The Spanish language started attracting widespread attention in Britain in the 19th century, when “Great Britain’s attitude to Spain was softening, and former prejudices were giving way to a new understanding” (The emergence and growth of Hispanic studies in British and Irish universities, 2018.11.705).
First issue of Bulletin of Spanish Studies (Dec. 1923) P744.c.6.1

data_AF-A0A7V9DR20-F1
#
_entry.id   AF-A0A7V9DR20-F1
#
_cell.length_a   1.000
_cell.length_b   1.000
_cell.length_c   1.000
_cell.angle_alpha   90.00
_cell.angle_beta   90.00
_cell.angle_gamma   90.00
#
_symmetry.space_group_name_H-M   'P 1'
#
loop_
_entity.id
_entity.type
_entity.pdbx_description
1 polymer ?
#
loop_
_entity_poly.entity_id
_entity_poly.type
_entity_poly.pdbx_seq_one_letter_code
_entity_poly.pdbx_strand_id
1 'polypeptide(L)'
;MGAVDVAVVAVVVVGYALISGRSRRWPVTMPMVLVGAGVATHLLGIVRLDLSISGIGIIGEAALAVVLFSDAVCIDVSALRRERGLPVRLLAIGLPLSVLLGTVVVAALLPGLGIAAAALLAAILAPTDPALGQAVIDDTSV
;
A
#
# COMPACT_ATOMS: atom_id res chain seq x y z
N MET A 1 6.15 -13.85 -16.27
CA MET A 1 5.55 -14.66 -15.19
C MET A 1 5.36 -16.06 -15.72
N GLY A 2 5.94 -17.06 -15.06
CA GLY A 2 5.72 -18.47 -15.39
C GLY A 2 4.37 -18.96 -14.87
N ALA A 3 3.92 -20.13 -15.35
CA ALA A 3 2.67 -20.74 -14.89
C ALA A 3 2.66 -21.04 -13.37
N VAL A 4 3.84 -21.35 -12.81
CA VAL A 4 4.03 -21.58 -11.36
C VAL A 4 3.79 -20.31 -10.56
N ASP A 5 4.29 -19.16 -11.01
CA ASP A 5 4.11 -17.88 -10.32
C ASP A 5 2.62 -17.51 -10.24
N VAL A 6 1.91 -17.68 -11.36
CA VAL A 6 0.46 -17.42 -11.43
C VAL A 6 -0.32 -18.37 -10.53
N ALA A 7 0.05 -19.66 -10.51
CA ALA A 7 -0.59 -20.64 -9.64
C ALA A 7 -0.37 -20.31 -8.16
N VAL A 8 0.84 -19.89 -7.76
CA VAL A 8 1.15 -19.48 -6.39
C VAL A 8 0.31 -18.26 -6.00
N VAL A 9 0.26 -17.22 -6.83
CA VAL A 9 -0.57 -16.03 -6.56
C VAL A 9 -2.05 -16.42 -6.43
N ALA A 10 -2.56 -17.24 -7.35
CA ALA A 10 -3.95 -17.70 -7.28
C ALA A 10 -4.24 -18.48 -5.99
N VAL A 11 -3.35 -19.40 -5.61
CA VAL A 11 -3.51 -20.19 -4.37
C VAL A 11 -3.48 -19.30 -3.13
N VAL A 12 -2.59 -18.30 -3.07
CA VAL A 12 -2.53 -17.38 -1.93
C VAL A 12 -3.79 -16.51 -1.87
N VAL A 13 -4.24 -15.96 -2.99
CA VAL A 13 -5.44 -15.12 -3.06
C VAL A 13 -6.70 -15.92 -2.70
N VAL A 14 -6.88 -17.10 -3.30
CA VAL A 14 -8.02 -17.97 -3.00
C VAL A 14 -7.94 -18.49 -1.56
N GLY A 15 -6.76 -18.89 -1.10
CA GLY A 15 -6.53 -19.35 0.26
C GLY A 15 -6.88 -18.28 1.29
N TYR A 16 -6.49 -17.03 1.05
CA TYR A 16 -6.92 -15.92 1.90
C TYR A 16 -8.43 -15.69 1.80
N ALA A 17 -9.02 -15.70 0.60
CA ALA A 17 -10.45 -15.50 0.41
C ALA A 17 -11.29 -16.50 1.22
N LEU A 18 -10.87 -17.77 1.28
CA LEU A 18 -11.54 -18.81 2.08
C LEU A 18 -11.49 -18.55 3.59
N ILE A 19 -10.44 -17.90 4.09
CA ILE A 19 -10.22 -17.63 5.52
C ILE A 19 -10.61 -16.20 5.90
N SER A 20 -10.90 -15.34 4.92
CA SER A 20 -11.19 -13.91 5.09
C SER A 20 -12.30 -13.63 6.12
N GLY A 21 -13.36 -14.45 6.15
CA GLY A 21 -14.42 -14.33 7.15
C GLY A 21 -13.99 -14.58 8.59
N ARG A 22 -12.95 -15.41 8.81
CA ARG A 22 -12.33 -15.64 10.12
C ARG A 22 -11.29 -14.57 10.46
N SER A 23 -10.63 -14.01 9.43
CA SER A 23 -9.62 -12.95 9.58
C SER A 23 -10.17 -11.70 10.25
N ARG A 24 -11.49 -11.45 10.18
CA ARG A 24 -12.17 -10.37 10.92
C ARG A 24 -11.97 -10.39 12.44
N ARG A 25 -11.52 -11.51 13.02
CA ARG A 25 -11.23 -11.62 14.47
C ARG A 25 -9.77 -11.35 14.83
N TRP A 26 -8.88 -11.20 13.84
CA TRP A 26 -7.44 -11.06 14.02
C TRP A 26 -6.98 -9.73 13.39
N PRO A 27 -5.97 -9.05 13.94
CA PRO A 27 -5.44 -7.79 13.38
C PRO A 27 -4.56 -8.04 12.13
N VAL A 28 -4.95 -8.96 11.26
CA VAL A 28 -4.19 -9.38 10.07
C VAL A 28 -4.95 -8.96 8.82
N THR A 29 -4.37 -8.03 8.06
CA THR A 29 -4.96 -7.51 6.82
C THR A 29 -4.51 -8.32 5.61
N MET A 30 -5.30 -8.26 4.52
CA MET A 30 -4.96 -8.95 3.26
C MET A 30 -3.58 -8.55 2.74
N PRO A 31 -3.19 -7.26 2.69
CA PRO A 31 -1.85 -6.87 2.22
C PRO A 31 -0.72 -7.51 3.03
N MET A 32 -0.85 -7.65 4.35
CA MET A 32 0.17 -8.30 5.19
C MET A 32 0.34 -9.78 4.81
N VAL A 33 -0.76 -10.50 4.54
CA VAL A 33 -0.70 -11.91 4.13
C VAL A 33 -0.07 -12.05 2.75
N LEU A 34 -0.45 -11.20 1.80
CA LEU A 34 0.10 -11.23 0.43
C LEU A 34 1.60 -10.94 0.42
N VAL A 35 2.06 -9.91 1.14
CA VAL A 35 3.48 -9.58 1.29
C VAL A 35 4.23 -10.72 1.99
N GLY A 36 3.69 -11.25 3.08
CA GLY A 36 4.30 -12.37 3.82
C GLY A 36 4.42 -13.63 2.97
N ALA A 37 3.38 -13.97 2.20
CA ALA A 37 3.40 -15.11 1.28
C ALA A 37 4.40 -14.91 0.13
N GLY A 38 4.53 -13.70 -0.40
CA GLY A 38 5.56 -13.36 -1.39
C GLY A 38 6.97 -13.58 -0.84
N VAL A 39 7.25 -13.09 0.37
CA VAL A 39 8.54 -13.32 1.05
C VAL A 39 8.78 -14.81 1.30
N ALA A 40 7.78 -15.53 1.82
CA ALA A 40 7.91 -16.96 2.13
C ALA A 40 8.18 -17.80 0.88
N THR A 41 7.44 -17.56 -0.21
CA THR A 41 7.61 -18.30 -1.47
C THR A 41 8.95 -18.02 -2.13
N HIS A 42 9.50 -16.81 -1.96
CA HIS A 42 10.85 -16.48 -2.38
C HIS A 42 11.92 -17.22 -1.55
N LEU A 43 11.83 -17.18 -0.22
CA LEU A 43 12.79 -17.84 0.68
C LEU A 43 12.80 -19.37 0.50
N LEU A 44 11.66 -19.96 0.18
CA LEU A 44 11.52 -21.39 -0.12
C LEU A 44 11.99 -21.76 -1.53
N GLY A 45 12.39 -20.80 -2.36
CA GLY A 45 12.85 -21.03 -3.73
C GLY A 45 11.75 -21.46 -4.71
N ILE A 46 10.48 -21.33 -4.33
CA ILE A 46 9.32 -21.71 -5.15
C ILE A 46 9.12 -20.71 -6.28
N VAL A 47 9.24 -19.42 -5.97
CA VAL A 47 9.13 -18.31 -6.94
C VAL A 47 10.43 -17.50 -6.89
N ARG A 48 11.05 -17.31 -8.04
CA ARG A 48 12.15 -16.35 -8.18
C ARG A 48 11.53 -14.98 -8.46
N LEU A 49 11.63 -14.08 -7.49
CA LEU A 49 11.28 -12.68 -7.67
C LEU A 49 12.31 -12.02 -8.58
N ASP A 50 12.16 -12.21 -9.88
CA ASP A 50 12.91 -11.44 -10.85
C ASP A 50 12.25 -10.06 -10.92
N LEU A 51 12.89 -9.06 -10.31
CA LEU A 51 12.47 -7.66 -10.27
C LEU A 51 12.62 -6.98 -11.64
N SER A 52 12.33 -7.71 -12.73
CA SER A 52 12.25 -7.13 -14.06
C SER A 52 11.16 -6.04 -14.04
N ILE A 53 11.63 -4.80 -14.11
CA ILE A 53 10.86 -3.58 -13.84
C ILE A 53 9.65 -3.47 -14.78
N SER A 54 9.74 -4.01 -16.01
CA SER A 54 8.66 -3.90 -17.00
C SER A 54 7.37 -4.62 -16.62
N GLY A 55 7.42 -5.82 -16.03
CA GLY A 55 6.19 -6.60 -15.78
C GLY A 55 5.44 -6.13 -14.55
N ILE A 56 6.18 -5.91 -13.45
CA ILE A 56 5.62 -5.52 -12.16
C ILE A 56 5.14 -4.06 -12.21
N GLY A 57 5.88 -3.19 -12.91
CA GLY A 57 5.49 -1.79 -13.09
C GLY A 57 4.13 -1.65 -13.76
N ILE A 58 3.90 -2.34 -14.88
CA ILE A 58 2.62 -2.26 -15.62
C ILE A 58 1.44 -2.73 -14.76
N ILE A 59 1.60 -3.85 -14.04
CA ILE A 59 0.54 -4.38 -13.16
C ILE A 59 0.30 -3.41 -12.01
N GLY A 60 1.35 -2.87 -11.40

Modern languages were officially introduced in the 19th century in universities such as King’s College London and University College London, and later, in the so-called redbrick universities (Birmingham, Liverpool, Leeds, Manchester, Sheffield and Bristol) – the term “redbrick” was coined by an influential English Hispanist, Edgar Allison Peers, Professor at Liverpool and founder of the Bulletin of Spanish studies (1923). These newer universities were more open to the study of modern languages than the historic universities, such as Oxford and Cambridge.
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